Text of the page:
Education

Yet another consequence of COVID-19 is that many high school seniors are considering waiting a year to start college or trade school, often referred to as “taking a gap year,” because they don’t want their education to be via online classes.

While scholarship funding organizations allow for gap years, local leaders want families to know students still need to apply while they’re in school to be eligible for funding. In fact, in many cases they need to apply by Jan. 15, 2021 – just two months from now. Deadlines for each scholarship are available on their respective websites.

“If someone graduating this spring wants to wait till the fall of 2022 to start using their scholarship, that’s fine. But we’re reminding them that they still need to apply for it now,” said Patty Salo Downs, Executive Director of Duluth’s Marshall H. and Nellie Alworth Memorial Fund. “It would be natural for a student to apply in early 2022 after their gap year, but being a year removed from high school by then, they would unfortunately no longer be eligible for some scholarships. We don’t want to see that happen.”

In other words, current high school seniors seeking scholarships to begin school in Fall 2021 or Fall 2022 need to in many cases apply at the same time – right now. (Not all foundations limit students to applying during their senior year, however. For example, Blandin Foundation students who have graduated from Itasca County-area schools are eligible to apply up to age 25.)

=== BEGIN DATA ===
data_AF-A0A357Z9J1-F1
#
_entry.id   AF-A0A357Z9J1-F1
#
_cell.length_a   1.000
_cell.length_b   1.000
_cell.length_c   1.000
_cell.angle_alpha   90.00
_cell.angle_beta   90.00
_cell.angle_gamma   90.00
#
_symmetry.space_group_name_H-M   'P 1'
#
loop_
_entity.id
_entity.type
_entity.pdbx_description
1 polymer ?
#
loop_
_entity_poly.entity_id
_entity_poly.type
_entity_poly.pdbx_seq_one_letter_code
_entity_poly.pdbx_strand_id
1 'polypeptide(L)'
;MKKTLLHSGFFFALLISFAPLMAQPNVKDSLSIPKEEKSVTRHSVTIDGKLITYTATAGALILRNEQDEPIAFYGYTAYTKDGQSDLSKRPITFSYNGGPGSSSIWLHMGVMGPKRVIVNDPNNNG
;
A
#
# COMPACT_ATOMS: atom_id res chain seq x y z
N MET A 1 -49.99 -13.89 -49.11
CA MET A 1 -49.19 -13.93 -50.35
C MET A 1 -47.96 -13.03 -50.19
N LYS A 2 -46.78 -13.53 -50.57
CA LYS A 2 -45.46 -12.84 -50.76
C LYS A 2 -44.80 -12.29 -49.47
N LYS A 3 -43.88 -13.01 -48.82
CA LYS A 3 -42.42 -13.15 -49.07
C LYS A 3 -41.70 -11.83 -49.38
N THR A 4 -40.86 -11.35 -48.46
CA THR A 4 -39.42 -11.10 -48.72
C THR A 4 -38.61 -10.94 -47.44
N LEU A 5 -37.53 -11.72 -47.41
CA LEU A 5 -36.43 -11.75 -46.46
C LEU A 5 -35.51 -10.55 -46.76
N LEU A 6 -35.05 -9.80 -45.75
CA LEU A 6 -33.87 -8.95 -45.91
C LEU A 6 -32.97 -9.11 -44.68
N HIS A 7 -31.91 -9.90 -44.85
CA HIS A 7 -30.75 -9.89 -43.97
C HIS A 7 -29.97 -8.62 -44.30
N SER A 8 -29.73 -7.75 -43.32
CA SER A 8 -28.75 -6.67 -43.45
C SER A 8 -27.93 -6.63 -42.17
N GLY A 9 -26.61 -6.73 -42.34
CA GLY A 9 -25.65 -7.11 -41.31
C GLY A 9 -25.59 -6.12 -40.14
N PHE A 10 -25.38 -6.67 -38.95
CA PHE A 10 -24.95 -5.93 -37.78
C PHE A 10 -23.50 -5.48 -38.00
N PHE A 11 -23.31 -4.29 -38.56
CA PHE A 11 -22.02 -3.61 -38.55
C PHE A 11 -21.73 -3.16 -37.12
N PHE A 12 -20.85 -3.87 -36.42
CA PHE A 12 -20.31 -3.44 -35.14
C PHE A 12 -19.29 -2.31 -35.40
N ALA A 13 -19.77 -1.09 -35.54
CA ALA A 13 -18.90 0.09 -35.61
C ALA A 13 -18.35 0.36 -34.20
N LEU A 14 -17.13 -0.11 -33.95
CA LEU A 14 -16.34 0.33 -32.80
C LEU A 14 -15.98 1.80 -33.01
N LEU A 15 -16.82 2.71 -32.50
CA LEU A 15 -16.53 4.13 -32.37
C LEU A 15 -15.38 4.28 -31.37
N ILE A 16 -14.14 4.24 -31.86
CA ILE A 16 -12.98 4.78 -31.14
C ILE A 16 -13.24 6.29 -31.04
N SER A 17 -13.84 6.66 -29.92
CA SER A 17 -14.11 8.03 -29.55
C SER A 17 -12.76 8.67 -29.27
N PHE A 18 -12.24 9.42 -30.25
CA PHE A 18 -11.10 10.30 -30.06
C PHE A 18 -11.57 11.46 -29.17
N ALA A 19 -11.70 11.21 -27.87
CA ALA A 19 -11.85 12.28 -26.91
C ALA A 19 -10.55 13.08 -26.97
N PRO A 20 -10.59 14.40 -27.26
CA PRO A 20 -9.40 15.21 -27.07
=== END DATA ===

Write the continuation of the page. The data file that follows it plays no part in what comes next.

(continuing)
Scholarships totaling nearly $5 million are available to students in northern Minnesota. A broad range of majors are funded, from four-year bachelor’s degrees to two-year associate of arts degrees, including vocational and technical degrees for those pursuing careers in the trades.

Many scholarships also allow for a two-plus-two approach, where students start at a community college for two years and transfer to another academic institution to complete their bachelor’s degrees.

“There are scholarships for various career interests, affiliations and other criteria, including ones solely for graduates of certain high schools, as we have with the Greater Denfeld Foundation,” said Lori Huska of Northland Scholarship Services, representing the Foundation. “Scholarships in our region aren’t just for college, either. Many are for trade schools, so there’s a scholarship that fits most everyone.”

Among the region’s larger scholarships, and the approximate amounts awarded each year, are:

  • Alworth Memorial Fund $1.2 million
  • Blandin Foundation $1.1 million
  • Center for Scholarship Administration – Wells
  • Fargo Trust $970,000
  • Duluth Superior Area Community Foundation $800,000
  • Greater Denfeld Foundation $350,000
  • Grand Rapids Area Community Foundation $200,000
  • Lake Country Power Les Beach Memorial $155,000

Information about these and other scholarships is available on foundation and high school websites, plus from high school guidance offices.

Additional fallout from COVID-19 is that traditional, in-person “Scholarship Nights” at high schools – to provide information about scholarships and the application process – have been replaced this year by online sessions.

Co-hosted by the Alworth Memorial Fund and the Duluth Superior Area Community Foundation, 30-minute informational sessions will be held at these dates and times:

  • Thursday, December 17, 2020, at 9:30 a.m.
  • Tuesday, January 5, 2021, at 7:00 p.m.

Participation by computer, tablet or smartphone will be by logging on to https://global.gotomeeting.com/join/111607813. Participation by phone will be by calling 872-240-3311, access code 111-607-813.

Applications are now being accepted for Duluth Superior Area Community Foundation scholarships, at www.DSAcommunityfoundation.org; students may apply for Alworth scholarships at www.AlworthScholarship.org. Completed submissions for these two organizations are due by Jan. 15, 2021.